We've talked quite a bit about the chilly weather on the way this week, with of course the reminder to move or protect plants you aren't ready to lose for the season just yet as well as hardening up those sprinkler lines for the winter. Tonight we'll take a look at the latest data on the snow and rain, and see when who might see what and when.
The main event, if you will, swings through the Great Basin tonight and then across Colorado on Tuesday. As it does, it'll eject pretty far northeast bringing more wind than anything else to the eastern plains of Colorado on Tuesday. With that, Red Flag and High Wind Warnings are out for much of Southeast Colorado, and while nothing is posted for the urban corridor, we do expect breezy conditions at times for the area along with those rain chances Tuesday.
Given the forecast track of the low, we don't expect a great setup for rain or snow along the urban corridor with this system, despite a pretty healthy looking cutoff low. Instead, most of the heaviest precipitation will be confined to the high country, with many areas placed under a Winter Weather Advisory from late tonight through Tuesday night.
Given the time of year, totals will vary greatly depending on elevation. Totals listed in the Advisories range from anywhere from 2 to 10", with folks northeast of Steamboat likely to make out pretty well by early Wednesday. The 24 snowfall forecast ending early Wednesday shows most mountain locations will see (in most cases) their first measurable snow of the season:
For precipitation ending the same time, we again see a pretty good hole across the plains, with the best moisture expected across the mountains, and then again well east of the urban corridor where severe storms are likely to be spawned across portions of Oklahoma, Kansas, and Nebraska.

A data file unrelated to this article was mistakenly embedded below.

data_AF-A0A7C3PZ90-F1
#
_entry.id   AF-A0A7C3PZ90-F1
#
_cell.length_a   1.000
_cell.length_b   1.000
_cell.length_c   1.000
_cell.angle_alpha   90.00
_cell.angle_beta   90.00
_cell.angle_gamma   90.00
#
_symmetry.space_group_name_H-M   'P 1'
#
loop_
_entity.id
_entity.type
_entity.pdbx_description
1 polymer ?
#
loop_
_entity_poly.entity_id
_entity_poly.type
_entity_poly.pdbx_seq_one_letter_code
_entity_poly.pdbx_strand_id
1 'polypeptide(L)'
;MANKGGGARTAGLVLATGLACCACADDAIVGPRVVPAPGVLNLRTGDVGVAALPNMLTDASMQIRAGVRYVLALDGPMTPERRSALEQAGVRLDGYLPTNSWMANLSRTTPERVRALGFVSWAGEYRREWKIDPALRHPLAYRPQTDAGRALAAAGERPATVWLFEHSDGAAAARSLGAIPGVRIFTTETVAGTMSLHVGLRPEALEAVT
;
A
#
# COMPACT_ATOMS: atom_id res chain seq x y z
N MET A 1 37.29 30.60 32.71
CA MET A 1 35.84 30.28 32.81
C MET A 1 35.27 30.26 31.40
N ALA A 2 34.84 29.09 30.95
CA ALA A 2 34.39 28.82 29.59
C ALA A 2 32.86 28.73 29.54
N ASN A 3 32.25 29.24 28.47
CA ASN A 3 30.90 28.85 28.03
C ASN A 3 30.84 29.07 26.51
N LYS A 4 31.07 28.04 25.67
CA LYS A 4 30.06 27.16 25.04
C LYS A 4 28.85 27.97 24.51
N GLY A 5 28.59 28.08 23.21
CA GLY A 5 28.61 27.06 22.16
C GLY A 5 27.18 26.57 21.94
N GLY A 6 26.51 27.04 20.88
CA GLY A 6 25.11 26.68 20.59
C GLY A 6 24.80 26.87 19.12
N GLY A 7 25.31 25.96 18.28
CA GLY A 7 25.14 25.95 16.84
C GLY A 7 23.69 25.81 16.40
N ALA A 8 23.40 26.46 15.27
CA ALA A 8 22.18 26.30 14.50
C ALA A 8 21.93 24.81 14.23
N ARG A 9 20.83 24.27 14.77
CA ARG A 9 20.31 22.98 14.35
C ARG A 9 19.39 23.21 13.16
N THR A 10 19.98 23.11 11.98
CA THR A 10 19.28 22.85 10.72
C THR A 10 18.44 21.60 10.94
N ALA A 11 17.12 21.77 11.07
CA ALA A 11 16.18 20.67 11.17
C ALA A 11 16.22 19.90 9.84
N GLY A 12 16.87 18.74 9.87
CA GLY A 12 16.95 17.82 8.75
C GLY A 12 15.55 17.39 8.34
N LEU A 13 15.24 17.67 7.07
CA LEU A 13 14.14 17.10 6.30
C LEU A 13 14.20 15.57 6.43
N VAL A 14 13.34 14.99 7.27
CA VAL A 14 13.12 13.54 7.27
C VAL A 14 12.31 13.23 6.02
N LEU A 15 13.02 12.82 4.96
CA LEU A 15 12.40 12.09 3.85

So, for the metro area we see that chance of showers jump up to about 3o to 40% Tuesday afternoon, but if the European is correct even that may be pushing it. Very dry air punches off the higher terrain as the lobe of energy approaches, so any showers that do develop near Denver likely won't have much to work with... It's quite possible we'll be dealing with more wind than anything else, but one can hope!
Thursday and Friday
The Denver area may actually see a better chance for rain and snow late in the week as another system races through the region on the heels of tomorrow's system. This one looks much less impressive at 500mb, but with cold air in place may end up being a bit better of a setup for the urban corridor and Palmer Divide to see the first snow of the season. We'll see.
Using the same forecast model as above, and this time ending Friday morning, we see accumulating snow in the forecast for the foothills and Palmer Divide, with even a trace to 1" or so for the Denver metro area. The Palmer Divide could do a bit better, but even with the cool air in place we aren't talking bitter cold, so much of what we see here would be confined to grassy/raised surfaces and subject to melting. That means that while the Friday morning commute will likely involve wet roads, with icy roads likely being confined to the higher elevations to the west.
Nothing too crazy... but signs of life on the snowfall gamblers tonight, so you'll definitely want to keep an eye on the forecast as we head through the week! Did any of you pick October 14th or 15th for Denver's first measurable snow?
We'll watch for any surprises tomorrow, and of course keep an eye on our late-week system, passing along updates as needed. Most models agree that once we get through Friday things quiet down a bit, with a nice ridge showing up by the weekend on the Euro!